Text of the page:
The monster outside and within: Medieval literary reflections on ethical epistemology. From Beowulf to Marie de France, the Nibelungenlied, and Thüring von Ringoltingen's Melusine

Research output: Contribution to journalArticle

2 Citations (Scopus)

Abstract

While previous research has often reflected on the phenomenon of monsters in medieval literature, identifying them as existential threats, reflections of imagination, or as symbols of the monstrous and evil in an apotropaic sence, here I suggest to refine our investigations of monsters in light of their epistemological function. Examining literary examples from the early to the late Middle Ages (Beowulf to Melusine), we can recognize how much monsters indeed serve consistently for the development of the individual protagonists, for coping with otherness at large, which commonly rests within the heroes and heroines as part of their characters. External challenges thus prove to be reflections of internal problems and issues, and the struggle against the monsters constitutes a struggle against or with the self.

Original languageEnglish (US)
Pages (from-to)521-542
Number of pages22
JournalNeohelicon
Volume40
Issue number2
DOIs
StatePublished - Dec 2013

Fingerprint

foreignness
middle ages
epistemology
symbol
coping
France
threat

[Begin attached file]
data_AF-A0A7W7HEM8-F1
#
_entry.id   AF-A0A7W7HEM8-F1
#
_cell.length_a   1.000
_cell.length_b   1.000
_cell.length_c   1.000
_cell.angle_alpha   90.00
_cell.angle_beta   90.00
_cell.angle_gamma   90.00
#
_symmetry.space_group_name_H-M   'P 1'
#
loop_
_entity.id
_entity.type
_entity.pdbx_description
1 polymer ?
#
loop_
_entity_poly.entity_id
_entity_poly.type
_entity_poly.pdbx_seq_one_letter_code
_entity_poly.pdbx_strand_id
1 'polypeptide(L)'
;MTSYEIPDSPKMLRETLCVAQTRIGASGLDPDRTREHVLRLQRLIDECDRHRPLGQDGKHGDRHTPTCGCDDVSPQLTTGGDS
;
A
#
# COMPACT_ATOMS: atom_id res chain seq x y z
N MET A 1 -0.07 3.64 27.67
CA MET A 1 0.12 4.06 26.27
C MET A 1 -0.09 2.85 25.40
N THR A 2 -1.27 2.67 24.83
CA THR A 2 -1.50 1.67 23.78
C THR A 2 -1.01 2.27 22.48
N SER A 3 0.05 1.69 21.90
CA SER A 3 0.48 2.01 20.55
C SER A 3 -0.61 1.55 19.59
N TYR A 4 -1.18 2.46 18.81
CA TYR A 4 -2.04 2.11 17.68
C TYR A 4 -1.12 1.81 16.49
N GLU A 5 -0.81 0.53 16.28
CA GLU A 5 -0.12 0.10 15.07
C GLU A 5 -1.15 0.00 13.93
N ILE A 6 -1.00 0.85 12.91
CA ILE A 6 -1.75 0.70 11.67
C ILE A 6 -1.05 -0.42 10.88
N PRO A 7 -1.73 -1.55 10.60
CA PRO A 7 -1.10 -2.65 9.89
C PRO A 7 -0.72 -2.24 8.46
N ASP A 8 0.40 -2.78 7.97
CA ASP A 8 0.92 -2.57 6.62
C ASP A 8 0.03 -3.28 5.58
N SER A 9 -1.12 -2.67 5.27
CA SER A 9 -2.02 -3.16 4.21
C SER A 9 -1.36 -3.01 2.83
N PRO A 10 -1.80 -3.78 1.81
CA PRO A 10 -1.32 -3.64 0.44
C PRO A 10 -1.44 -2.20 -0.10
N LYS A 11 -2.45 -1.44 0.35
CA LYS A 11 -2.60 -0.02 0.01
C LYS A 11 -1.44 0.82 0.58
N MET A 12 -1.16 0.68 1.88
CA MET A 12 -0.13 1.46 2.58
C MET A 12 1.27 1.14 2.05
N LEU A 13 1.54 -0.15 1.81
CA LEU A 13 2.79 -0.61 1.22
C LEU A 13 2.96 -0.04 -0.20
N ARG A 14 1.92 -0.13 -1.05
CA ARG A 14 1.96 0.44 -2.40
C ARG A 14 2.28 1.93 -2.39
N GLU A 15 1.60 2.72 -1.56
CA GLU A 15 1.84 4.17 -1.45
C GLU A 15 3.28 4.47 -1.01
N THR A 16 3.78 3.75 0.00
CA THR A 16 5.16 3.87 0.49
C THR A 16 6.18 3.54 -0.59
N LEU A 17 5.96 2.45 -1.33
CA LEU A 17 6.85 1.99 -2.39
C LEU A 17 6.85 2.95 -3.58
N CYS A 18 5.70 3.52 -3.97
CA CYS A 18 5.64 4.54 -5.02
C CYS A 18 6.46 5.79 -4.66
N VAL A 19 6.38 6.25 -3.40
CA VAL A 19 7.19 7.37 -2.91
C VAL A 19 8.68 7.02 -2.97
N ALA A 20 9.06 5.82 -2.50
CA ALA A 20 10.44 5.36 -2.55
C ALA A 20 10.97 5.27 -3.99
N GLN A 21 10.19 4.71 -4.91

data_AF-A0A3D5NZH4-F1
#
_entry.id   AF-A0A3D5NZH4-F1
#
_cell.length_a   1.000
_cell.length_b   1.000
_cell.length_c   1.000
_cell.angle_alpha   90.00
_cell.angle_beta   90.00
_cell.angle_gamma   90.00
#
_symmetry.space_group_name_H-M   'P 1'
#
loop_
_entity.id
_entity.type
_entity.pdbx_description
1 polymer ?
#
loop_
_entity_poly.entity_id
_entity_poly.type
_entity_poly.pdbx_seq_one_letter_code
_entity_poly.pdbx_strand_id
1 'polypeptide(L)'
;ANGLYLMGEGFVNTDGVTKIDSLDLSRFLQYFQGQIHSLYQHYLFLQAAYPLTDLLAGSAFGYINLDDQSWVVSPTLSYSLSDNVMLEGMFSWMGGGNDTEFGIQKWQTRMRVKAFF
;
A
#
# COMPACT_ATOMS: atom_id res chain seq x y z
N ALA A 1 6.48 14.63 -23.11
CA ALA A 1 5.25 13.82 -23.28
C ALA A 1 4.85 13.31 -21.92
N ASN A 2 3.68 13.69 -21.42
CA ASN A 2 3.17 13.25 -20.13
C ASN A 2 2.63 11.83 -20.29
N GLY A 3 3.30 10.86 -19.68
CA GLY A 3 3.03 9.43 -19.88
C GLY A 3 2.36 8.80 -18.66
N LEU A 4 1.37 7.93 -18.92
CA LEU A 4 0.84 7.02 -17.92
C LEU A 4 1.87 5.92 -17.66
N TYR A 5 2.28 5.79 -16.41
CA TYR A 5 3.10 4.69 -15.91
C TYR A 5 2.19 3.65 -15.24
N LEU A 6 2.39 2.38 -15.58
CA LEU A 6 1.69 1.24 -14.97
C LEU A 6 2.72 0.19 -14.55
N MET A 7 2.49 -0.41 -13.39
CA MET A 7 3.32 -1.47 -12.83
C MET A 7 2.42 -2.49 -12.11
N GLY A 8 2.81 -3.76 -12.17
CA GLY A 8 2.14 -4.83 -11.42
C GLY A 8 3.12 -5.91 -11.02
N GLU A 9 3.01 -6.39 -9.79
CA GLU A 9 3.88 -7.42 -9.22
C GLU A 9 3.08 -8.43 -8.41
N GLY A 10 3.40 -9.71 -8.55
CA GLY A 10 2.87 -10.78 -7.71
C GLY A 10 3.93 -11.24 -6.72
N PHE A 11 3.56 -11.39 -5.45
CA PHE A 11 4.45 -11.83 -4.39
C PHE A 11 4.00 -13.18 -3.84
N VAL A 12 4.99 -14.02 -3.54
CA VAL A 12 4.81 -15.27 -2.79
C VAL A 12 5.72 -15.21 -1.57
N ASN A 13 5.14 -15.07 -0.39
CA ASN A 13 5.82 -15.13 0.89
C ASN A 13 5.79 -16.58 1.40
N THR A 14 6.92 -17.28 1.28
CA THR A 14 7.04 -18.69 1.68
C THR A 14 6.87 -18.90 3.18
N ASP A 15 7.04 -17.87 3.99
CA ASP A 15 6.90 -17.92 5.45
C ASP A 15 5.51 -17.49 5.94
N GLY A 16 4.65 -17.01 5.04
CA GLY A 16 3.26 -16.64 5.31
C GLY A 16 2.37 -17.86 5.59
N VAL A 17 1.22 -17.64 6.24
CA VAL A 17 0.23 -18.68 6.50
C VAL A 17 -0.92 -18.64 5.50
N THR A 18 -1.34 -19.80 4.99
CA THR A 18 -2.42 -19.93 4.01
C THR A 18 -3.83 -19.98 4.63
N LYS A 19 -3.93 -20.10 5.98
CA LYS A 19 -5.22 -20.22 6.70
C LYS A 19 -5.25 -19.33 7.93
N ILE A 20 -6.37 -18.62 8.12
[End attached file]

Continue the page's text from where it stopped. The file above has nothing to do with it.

imagination
literature
Marie De France
Epistemology
Medieval Period
Nibelungenlied
Beowulf

Keywords

  • Beowulf
  • Character formation
  • Epistemology
  • Marie de France
  • Melusine
  • Monster lore/teratology
  • Nibelungenlied
  • Other
  • Self
  • Thüring von Ringoltingen

ASJC Scopus subject areas

  • Arts and Humanities (miscellaneous)
  • Social Sciences (miscellaneous)
  • Law

Cite this

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abstract = "While previous research has often reflected on the phenomenon of monsters in medieval literature, identifying them as existential threats, reflections of imagination, or as symbols of the monstrous and evil in an apotropaic sence, here I suggest to refine our investigations of monsters in light of their epistemological function. Examining literary examples from the early to the late Middle Ages (Beowulf to Melusine), we can recognize how much monsters indeed serve consistently for the development of the individual protagonists, for coping with otherness at large, which commonly rests within the heroes and heroines as part of their characters. External challenges thus prove to be reflections of internal problems and issues, and the struggle against the monsters constitutes a struggle against or with the self.",
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